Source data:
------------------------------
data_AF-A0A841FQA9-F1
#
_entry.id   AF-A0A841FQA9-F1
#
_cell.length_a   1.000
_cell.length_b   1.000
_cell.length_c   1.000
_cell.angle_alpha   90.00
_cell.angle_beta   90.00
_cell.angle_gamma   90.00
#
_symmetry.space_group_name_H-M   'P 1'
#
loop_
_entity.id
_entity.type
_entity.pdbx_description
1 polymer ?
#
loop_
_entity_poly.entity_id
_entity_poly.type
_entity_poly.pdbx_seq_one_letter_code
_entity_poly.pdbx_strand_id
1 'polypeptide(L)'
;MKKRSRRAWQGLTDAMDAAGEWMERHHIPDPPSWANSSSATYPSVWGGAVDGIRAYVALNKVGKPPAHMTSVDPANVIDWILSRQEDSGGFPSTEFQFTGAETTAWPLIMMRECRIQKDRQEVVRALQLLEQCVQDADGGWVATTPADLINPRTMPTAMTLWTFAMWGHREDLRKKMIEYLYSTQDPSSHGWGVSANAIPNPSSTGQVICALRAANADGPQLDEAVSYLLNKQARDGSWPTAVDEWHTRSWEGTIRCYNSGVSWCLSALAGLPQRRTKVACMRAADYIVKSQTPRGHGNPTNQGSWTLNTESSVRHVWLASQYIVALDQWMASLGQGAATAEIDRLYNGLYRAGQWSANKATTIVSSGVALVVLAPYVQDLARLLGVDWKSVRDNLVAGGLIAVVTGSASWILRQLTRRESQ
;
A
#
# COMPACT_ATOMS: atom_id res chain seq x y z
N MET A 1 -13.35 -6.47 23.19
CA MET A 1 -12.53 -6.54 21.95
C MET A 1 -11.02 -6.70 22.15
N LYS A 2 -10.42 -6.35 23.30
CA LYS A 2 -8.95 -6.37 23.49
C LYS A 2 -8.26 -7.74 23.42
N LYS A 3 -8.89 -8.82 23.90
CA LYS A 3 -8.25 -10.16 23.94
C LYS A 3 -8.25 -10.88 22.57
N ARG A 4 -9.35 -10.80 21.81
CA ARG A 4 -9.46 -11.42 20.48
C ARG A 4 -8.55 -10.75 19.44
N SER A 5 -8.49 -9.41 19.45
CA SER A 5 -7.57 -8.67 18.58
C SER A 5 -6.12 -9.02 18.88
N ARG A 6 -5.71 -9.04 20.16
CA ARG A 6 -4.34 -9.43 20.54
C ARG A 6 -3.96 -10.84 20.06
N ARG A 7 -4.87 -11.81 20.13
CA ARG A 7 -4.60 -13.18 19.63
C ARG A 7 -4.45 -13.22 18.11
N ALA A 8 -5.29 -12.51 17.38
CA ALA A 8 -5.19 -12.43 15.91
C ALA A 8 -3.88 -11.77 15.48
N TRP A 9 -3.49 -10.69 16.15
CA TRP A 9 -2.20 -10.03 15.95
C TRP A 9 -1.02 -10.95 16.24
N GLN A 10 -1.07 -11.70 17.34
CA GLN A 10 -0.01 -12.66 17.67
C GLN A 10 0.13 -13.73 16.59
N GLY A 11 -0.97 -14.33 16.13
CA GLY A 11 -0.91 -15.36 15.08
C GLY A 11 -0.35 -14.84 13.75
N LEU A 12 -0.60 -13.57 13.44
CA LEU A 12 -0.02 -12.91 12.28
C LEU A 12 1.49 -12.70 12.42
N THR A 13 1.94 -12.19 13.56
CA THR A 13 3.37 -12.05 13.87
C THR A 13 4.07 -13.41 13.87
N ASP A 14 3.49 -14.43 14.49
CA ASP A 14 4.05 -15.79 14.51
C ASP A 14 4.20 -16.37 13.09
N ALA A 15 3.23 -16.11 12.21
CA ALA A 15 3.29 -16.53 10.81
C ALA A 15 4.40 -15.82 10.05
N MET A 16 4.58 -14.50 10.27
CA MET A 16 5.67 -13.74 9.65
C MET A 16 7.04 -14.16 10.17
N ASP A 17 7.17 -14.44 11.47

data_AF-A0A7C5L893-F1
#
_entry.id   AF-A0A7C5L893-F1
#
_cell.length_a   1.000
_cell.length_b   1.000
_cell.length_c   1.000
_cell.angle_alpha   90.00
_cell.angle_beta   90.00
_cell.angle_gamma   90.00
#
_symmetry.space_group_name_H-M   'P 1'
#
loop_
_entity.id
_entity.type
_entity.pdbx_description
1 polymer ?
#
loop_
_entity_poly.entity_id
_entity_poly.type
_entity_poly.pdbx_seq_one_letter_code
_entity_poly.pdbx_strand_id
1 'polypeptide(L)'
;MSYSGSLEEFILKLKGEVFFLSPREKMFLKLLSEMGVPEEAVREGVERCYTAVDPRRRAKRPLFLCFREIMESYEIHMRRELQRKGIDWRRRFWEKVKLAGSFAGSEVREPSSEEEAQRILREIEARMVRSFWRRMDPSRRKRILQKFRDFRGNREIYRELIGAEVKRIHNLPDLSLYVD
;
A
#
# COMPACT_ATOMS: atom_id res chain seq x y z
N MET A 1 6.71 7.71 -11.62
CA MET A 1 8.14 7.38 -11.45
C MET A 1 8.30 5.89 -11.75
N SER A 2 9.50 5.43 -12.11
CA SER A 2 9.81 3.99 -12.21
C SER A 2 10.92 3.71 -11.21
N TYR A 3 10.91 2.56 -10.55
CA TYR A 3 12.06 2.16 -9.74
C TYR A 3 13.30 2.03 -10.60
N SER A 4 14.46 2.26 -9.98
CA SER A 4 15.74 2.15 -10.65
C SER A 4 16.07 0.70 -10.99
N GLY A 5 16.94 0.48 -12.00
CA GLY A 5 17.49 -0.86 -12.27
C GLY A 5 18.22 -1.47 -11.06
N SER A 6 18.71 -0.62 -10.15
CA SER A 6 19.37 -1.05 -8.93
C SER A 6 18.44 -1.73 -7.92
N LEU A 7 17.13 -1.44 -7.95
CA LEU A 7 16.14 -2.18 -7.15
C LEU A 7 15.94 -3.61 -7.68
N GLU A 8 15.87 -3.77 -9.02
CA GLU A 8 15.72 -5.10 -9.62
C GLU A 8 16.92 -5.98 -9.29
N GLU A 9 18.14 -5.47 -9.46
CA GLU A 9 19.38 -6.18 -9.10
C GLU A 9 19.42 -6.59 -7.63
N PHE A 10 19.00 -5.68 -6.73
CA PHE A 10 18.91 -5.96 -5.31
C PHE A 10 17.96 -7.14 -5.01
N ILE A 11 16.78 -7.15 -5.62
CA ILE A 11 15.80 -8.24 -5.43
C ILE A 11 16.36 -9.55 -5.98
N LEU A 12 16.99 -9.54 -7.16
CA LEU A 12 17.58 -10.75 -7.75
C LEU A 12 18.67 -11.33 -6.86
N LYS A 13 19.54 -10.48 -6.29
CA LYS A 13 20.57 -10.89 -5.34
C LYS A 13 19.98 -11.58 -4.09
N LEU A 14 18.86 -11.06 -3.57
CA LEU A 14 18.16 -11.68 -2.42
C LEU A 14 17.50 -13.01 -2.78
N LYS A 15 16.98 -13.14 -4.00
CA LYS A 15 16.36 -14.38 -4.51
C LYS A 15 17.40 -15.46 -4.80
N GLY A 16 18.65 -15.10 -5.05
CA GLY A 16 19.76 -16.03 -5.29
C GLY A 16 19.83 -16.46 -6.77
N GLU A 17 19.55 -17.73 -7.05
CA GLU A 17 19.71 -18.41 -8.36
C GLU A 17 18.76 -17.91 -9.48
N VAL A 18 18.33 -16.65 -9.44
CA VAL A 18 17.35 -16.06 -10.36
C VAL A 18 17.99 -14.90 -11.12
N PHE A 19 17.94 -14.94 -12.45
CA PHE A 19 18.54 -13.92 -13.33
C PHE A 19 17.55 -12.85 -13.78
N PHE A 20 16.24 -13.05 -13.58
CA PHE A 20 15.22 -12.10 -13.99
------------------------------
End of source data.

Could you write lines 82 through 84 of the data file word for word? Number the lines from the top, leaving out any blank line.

_entry.id   AF-A0A7C5L893-F1
#
_cell.length_a   1.000